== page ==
What Is Your Intention – To Relate Or Control?

mother and daughter relatingA Getting Real resource from Dr. Susan Campbell

Authentic open communication is about knowing another person and being known by them. Mothers and daughters can be expert in communicating in order to try to control a situation or a each other, rather than to relate to each other as adult human beings.

Take a moment to think about a mother’s role: to feed and nurture, protect, keep safe, guide and teach. All of these actions have the element of control. Controlling and caring are intertwined. For good reasons when we are little! But taking the same stance when daughters are grown up can undermine the relationship and lead to frustration and conflict.

Its no surprise that daughters will tend to respond in a similar way – trying to control the outcome so they don’t feel controlled. And the cycle continues. Two people trying to control each other and get what they want so they feel secure, right … and in control!

If you are reading this, then this approach probably isn’t working for you. Read on for an alternative strategy!

“Almost 90 per cent of all human communication comes from the (usually unconscious) intent to control.” Dr Susan Campbell goes on to talk about  two different stances when we communicate:

a)       Security and Control Stance.

The intention is to control the outcome and get things to come out in a way that we want such as avoiding conflict, getting someone to like you, proving that you are right or they are wrong etc.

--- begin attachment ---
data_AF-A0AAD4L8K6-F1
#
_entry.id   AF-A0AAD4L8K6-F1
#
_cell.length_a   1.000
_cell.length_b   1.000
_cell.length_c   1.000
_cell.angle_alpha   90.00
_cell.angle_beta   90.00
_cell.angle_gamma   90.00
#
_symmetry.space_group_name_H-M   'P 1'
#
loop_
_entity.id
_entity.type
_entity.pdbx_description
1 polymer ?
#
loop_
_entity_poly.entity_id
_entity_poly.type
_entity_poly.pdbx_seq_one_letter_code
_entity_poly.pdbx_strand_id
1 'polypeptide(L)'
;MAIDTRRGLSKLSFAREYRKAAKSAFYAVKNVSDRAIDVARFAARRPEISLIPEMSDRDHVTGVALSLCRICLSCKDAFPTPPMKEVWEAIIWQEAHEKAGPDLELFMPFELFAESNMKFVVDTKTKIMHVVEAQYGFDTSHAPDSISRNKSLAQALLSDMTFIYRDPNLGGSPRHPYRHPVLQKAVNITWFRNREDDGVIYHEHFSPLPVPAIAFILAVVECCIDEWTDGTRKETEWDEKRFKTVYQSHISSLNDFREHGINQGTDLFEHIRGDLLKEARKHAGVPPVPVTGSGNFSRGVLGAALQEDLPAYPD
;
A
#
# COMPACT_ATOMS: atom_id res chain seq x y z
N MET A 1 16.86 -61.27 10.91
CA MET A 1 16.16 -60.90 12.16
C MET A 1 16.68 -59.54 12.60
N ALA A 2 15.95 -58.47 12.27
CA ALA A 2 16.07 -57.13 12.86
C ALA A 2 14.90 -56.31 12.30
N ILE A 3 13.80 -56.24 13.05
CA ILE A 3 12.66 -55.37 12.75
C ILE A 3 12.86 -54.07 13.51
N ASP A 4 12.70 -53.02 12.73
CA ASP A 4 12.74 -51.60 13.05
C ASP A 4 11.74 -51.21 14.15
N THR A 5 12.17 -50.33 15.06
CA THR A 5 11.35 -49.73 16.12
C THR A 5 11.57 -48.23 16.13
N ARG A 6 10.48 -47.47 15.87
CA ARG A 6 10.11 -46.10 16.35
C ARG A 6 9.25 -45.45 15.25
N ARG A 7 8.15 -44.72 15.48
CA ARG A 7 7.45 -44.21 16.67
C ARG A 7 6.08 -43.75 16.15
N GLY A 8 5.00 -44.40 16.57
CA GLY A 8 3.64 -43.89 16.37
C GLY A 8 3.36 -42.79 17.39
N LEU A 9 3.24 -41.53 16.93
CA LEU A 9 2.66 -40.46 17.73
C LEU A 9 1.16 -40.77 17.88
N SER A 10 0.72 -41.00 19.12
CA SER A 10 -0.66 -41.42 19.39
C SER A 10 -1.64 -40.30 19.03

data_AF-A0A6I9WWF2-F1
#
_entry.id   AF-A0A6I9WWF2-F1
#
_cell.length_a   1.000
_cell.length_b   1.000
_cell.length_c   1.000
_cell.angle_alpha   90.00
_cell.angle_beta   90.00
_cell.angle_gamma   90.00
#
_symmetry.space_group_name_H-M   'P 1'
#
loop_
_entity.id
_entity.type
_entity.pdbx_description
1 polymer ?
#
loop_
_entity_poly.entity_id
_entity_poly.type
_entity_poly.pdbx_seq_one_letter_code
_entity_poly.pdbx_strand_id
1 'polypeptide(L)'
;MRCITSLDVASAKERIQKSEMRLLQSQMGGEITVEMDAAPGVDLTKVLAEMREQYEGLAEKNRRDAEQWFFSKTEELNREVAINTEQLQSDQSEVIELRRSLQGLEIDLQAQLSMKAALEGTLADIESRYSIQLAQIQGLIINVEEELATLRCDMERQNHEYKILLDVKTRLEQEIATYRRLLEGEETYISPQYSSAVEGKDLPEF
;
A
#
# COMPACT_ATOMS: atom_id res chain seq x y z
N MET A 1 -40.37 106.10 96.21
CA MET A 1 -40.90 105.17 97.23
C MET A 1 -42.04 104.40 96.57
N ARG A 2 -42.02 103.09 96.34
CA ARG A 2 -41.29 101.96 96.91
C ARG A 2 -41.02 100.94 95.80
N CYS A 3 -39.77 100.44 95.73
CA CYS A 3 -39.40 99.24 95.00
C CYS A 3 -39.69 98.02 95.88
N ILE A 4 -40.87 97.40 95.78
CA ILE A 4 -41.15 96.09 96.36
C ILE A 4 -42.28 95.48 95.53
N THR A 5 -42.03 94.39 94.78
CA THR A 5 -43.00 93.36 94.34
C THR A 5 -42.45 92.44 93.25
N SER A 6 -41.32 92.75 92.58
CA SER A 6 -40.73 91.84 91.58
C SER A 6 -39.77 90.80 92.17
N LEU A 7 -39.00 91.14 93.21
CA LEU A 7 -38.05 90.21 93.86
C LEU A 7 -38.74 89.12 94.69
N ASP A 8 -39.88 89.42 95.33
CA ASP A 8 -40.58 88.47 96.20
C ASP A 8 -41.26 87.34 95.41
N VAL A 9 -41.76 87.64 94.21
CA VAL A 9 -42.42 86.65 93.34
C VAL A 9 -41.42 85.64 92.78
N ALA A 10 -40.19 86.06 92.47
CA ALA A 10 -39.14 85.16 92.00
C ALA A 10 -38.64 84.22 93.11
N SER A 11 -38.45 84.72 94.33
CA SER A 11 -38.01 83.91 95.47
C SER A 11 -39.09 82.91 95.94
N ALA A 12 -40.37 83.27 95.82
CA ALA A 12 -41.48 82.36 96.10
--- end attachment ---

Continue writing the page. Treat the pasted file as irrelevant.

Here’s a “controlling” example: You are shopping with your mother and she picks out a pair of pants for you that is a size bigger than you normally wear. Your button gets pushed and you immediately say “Mom, are you making a point about my weight. I’m not that big! I won’t go shopping with you again if you keep criticizing me.”

This is one way communication presented as an ultimatum. There is no room for discussion.

b)      Open and Relating Stance.

The goal is to know the other person and for them to know you in a new way. It’s about relating rather than trying to control. Relating example: “Mom, I think this will be too big. Is there a size 12 there?

You are making an observation from your perspective and engaging her. This opens up a connection and conversation.

Is your intention to relate or control?

Relating is understanding ourselves and being open to know the other person. It’s being open to others, ourselves and the unknown. When we do that we become vulnerable, and that’s why it is SO hard for so many of us to do. We have to knowingly let go of trying to control the situation and allow ourselves to be present to the discomfort of not knowing the outcome…. and the powerful feelings that rise up.

Controlling is about wanting to control the outcome, change a person or be right.

Controlling is playing the right, safe and certain game.

The rules of the game can look like this:

*      Project a positive image at all times

*      Don’t be too different from the norm

*      Don’t rock the boat especially if it will lead to conflict or disapproval

*      Deny or cover up any doubts you have about yourself

*      Act like something doesn’t matter – even though the truth is that you are feeling upset

*      Act like you know, even when you don’t

*      Be cold and distant as a way of punishing someone for being thoughtless/controlling/disrespectful etc.

*      Try to show you are always together and don’t show any vulnerability

Sound familiar?

We learned this game when we were little and dependent on big people. Now we are big and self supporting, not small and dependent. The world will not fall in if someone disapproves of something we did. We no longer need to act as if we are mortally wounded. We are big enough to handle honest feedback. We can see what is.